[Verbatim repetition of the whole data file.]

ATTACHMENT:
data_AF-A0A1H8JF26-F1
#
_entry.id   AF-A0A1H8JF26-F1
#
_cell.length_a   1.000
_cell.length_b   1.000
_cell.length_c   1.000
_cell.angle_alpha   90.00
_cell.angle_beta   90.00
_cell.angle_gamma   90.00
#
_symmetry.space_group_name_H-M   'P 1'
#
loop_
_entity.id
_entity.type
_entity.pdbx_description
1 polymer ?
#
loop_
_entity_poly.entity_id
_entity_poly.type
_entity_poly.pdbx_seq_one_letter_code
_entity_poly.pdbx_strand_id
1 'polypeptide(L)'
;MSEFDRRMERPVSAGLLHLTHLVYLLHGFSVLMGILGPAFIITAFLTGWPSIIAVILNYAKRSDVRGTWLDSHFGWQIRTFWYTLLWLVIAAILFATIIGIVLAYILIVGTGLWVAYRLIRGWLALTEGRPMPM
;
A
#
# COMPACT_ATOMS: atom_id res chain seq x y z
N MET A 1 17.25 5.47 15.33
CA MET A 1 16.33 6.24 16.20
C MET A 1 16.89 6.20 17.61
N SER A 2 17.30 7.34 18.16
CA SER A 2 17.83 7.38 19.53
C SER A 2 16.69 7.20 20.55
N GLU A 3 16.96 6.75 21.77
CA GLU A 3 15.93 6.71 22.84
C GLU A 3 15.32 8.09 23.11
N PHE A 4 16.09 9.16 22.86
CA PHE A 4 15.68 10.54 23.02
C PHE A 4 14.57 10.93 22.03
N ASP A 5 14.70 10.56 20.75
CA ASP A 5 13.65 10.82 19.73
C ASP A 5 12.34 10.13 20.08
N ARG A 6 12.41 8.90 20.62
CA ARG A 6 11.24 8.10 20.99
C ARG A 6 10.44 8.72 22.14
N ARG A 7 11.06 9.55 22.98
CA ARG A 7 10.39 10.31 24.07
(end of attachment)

data_AF-A0A1H8JF26-F1
#
_entry.id   AF-A0A1H8JF26-F1
#
_cell.length_a   1.000
_cell.length_b   1.000
_cell.length_c   1.000
_cell.angle_alpha   90.00
_cell.angle_beta   90.00
_cell.angle_gamma   90.00
#
_symmetry.space_group_name_H-M   'P 1'
#
loop_
_entity.id
_entity.type
_entity.pdbx_description
1 polymer ?
#
loop_
_entity_poly.entity_id
_entity_poly.type
_entity_poly.pdbx_seq_one_letter_code
_entity_poly.pdbx_strand_id
1 'polypeptide(L)'
;MSEFDRRMERPVSAGLLHLTHLVYLLHGFSVLMGILGPAFIITAFLTGWPSIIAVILNYAKRSDVRGTWLDSHFGWQIRTFWYTLLWLVIAAILFATIIGIVLAYILIVGTGLWVAYRLIRGWLALTEGRPMPM
;
A
#
# COMPACT_ATOMS: atom_id res chain seq x y z
N MET A 1 17.25 5.47 15.33
CA MET A 1 16.33 6.24 16.20
C MET A 1 16.89 6.20 17.61
N SER A 2 17.30 7.34 18.16
CA SER A 2 17.83 7.38 19.53
C SER A 2 16.69 7.20 20.55
N GLU A 3 16.96 6.75 21.77
CA GLU A 3 15.93 6.71 22.84
C GLU A 3 15.32 8.09 23.11
N PHE A 4 16.09 9.16 22.86
CA PHE A 4 15.68 10.54 23.02
C PHE A 4 14.57 10.93 22.03
N ASP A 5 14.70 10.56 20.75
CA ASP A 5 13.65 10.82 19.73
C ASP A 5 12.34 10.13 20.08
N ARG A 6 12.41 8.90 20.62
CA ARG A 6 11.24 8.10 20.99
C ARG A 6 10.44 8.72 22.14
N ARG A 7 11.06 9.55 22.98
CA ARG A 7 10.39 10.31 24.07